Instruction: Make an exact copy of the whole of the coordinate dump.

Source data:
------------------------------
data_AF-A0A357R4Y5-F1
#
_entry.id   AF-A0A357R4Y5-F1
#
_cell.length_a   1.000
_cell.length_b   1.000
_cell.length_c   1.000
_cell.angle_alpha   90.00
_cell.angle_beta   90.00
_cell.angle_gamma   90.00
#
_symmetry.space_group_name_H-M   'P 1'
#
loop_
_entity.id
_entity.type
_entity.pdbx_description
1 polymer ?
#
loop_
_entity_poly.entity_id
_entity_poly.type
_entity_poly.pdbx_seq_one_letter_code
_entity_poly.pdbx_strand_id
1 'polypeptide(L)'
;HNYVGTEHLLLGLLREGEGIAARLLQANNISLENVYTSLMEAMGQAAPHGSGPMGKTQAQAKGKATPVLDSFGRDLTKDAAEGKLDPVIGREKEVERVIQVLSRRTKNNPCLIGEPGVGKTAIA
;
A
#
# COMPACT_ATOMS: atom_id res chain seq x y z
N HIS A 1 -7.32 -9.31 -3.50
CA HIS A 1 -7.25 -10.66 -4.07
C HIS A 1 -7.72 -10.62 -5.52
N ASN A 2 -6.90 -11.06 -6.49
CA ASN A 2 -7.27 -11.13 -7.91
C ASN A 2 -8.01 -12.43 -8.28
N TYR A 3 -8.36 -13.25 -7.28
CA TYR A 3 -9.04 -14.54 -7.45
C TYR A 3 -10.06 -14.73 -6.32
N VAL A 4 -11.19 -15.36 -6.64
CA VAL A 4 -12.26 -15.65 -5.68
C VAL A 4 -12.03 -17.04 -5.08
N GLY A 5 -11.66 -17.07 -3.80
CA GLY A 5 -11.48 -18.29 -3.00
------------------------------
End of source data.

data_AF-A0A357R4Y5-F1
#
_entry.id   AF-A0A357R4Y5-F1
#
_cell.length_a   1.000
_cell.length_b   1.000
_cell.length_c   1.000
_cell.angle_alpha   90.00
_cell.angle_beta   90.00
_cell.angle_gamma   90.00
#
_symmetry.space_group_name_H-M   'P 1'
#
loop_
_entity.id
_entity.type
_entity.pdbx_description
1 polymer ?
#
loop_
_entity_poly.entity_id
_entity_poly.type
_entity_poly.pdbx_seq_one_letter_code
_entity_poly.pdbx_strand_id
1 'polypeptide(L)'
;HNYVGTEHLLLGLLREGEGIAARLLQANNISLENVYTSLMEAMGQAAPHGSGPMGKTQAQAKGKATPVLDSFGRDLTKDAAEGKLDPVIGREKEVERVIQVLSRRTKNNPCLIGEPGVGKTAIA
;
A
#
# COMPACT_ATOMS: atom_id res chain seq x y z
N HIS A 1 -7.32 -9.31 -3.50
CA HIS A 1 -7.25 -10.66 -4.07
C HIS A 1 -7.72 -10.62 -5.52
N ASN A 2 -6.90 -11.06 -6.49
CA ASN A 2 -7.27 -11.13 -7.91
C ASN A 2 -8.01 -12.43 -8.28
N TYR A 3 -8.36 -13.25 -7.28
CA TYR A 3 -9.04 -14.54 -7.45
C TYR A 3 -10.06 -14.73 -6.32
N VAL A 4 -11.19 -15.36 -6.64
CA VAL A 4 -12.26 -15.65 -5.68
C VAL A 4 -12.03 -17.04 -5.08
N GLY A 5 -11.66 -17.07 -3.80
CA GLY A 5 -11.48 -18.29 -3.00